With more than 2 billion users globally, the reach and influence of Facebook now rivals that of Christianity and exceeds that of Islam. It’s a topic that interests Annie Margaret, a teaching assistant professor with the ATLAS Institute, who investigates how technological innovation impacts society, cognition and human well-being.
Margaret investigates the efficacy of specific psychological methods and contemplative practices as tools to counteract the negative impact of social media on mental health and well-being. She is especially interested in social media’s effect on young women. In the summer of 2022, she will be hosting a digital wellness program for students between 11 and 18 years old.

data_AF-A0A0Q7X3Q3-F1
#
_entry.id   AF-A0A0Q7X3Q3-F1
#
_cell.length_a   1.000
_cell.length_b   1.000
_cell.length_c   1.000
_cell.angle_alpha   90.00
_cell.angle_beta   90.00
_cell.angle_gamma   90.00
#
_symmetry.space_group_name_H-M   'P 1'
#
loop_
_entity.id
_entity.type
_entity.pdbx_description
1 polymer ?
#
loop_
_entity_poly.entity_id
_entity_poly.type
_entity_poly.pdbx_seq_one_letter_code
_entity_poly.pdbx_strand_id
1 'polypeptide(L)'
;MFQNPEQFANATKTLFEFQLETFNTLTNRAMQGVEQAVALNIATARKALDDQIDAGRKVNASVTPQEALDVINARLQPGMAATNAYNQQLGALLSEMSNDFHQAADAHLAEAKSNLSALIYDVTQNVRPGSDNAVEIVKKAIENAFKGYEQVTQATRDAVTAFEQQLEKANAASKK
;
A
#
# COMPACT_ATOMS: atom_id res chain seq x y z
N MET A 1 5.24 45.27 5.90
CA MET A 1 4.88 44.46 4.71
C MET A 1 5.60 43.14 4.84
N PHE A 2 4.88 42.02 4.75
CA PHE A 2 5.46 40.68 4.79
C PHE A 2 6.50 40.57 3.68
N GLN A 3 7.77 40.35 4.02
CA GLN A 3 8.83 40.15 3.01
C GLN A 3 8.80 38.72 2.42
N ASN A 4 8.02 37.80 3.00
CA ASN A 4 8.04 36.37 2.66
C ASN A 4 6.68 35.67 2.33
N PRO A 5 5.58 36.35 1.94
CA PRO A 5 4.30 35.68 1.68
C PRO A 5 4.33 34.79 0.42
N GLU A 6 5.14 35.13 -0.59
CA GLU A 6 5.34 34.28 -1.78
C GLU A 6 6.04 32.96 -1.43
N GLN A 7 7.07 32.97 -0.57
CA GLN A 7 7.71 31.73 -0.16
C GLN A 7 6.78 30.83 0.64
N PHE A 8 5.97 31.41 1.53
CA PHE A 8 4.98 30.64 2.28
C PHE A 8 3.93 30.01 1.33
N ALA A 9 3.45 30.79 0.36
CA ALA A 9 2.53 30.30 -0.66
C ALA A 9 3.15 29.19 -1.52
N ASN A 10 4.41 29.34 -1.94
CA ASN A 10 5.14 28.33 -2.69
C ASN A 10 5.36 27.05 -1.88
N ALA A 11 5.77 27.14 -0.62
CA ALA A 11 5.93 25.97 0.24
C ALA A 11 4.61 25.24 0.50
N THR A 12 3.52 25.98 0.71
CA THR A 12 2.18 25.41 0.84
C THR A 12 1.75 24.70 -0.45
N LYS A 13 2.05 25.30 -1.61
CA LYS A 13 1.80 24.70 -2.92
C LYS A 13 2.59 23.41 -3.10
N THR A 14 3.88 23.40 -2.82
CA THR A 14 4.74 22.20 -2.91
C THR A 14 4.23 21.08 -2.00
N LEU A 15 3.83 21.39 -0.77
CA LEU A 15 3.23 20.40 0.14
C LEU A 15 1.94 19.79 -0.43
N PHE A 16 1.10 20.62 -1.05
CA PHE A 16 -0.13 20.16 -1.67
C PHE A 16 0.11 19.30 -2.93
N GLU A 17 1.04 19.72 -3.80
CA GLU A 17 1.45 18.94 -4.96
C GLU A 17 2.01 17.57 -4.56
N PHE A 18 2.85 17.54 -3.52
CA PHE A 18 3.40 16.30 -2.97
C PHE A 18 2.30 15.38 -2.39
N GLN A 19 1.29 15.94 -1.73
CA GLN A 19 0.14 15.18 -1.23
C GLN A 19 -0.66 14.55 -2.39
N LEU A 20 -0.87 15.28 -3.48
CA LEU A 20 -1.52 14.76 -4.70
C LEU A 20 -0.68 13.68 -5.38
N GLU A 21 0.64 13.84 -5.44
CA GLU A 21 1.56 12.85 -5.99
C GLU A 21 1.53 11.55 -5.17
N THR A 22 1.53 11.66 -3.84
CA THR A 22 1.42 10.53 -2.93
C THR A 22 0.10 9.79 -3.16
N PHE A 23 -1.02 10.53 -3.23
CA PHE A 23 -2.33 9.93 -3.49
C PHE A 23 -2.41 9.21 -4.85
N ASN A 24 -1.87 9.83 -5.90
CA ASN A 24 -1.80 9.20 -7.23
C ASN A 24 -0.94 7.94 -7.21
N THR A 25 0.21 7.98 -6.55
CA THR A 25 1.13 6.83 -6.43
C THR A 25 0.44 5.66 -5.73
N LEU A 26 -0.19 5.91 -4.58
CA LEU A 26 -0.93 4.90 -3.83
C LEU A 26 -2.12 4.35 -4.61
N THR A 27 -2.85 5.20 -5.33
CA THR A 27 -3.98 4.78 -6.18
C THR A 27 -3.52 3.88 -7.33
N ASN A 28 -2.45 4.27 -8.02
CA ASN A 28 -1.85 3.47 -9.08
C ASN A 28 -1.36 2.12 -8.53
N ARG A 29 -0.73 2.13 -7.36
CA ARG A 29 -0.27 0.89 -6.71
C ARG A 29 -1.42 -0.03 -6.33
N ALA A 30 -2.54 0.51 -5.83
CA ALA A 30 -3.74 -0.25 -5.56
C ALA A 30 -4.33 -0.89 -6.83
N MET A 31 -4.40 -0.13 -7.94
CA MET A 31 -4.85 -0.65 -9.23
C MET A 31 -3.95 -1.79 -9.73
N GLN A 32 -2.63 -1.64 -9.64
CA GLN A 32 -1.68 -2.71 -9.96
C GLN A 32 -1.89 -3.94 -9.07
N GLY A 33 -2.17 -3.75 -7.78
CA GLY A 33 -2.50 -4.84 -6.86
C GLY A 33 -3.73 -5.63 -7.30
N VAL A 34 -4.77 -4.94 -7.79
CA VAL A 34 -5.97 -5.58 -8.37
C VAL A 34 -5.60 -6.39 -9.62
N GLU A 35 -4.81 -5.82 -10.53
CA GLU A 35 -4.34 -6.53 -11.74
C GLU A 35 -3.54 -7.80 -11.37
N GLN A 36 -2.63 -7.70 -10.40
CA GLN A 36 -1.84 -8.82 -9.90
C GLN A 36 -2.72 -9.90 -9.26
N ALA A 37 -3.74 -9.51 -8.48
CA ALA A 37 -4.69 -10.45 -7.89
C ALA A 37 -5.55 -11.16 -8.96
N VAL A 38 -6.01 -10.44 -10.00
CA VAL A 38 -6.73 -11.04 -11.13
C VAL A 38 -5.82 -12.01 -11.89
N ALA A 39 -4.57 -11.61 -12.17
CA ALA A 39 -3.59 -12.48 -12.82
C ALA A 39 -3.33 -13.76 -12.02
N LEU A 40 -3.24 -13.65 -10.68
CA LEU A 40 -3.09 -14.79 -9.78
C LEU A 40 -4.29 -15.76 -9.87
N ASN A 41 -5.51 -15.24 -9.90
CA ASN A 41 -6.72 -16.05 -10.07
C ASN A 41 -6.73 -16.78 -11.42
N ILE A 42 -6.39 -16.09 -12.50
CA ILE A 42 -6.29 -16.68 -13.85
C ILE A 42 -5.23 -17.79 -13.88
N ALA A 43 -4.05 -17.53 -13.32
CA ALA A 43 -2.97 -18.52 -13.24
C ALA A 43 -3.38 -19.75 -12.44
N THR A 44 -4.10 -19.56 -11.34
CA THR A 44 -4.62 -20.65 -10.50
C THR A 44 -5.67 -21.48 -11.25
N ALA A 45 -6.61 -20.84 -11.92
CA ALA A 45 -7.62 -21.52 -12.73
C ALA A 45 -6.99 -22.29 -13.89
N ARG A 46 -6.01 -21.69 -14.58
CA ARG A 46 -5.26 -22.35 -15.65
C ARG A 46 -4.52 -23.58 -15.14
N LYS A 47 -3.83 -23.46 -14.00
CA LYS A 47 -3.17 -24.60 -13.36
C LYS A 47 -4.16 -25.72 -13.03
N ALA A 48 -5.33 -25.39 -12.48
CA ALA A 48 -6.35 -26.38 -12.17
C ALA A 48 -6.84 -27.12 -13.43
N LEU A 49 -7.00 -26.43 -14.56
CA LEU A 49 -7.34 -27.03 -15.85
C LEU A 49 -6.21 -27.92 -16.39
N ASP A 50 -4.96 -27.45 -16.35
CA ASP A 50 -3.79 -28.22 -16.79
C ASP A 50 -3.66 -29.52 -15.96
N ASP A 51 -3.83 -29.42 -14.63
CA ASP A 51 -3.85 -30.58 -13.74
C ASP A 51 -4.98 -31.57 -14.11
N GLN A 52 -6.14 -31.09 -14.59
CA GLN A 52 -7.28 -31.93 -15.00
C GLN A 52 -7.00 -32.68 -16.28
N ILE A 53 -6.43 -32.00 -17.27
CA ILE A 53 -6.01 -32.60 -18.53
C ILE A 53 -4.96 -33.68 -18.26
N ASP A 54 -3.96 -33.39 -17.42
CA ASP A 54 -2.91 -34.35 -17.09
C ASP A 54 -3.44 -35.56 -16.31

She highlights how for social media platforms, negative content tends to generate the most revenue.
“Attention to social media means money, and the content that gets the most attention tends to invoke rage, comparison, feelings of inadequacy and loneliness,” says Margaret, who teaches two classes at ATLAS–Neurohacking, and Empathy and Technology. Margaret developed those courses; they offer curriculum centered on neurobiology, technology, design and education to both undergraduate and graduate students.
Acknowledging that social media is here to stay, the goals of the summer program include providing teens with awareness and strategies that promote mental health. “This isn’t going to go away," she says. "The ‘put your phone down’ approach isn’t going to help."